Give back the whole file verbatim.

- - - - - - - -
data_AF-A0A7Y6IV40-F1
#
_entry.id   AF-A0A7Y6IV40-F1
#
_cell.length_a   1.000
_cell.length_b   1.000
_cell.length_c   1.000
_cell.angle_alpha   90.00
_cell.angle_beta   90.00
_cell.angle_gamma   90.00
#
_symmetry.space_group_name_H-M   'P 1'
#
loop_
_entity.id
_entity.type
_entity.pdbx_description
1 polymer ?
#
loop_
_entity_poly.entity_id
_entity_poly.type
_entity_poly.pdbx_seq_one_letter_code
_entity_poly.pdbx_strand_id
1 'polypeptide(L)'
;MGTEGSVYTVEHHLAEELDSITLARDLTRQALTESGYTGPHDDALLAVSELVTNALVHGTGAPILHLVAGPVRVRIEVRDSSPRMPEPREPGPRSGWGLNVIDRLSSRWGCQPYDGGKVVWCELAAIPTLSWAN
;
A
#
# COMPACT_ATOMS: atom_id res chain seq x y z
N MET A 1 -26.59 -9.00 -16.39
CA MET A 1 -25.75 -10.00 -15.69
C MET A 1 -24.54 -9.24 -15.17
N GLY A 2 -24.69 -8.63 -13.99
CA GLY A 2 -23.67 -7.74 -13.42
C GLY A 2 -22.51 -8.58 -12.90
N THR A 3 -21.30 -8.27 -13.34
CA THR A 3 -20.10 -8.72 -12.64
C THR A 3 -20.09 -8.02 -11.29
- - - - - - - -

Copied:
data_AF-A0A7Y6IV40-F1
#
_entry.id   AF-A0A7Y6IV40-F1
#
_cell.length_a   1.000
_cell.length_b   1.000
_cell.length_c   1.000
_cell.angle_alpha   90.00
_cell.angle_beta   90.00
_cell.angle_gamma   90.00
#
_symmetry.space_group_name_H-M   'P 1'
#
loop_
_entity.id
_entity.type
_entity.pdbx_description
1 polymer ?
#
loop_
_entity_poly.entity_id
_entity_poly.type
_entity_poly.pdbx_seq_one_letter_code
_entity_poly.pdbx_strand_id
1 'polypeptide(L)'
;MGTEGSVYTVEHHLAEELDSITLARDLTRQALTESGYTGPHDDALLAVSELVTNALVHGTGAPILHLVAGPVRVRIEVRDSSPRMPEPREPGPRSGWGLNVIDRLSSRWGCQPYDGGKVVWCELAAIPTLSWAN
;
A
#
# COMPACT_ATOMS: atom_id res chain seq x y z
N MET A 1 -26.59 -9.00 -16.39
CA MET A 1 -25.75 -10.00 -15.69
C MET A 1 -24.54 -9.24 -15.17
N GLY A 2 -24.69 -8.63 -13.99
CA GLY A 2 -23.67 -7.74 -13.42
C GLY A 2 -22.51 -8.58 -12.90
N THR A 3 -21.30 -8.27 -13.34
CA THR A 3 -20.10 -8.72 -12.64
C THR A 3 -20.09 -8.02 -11.29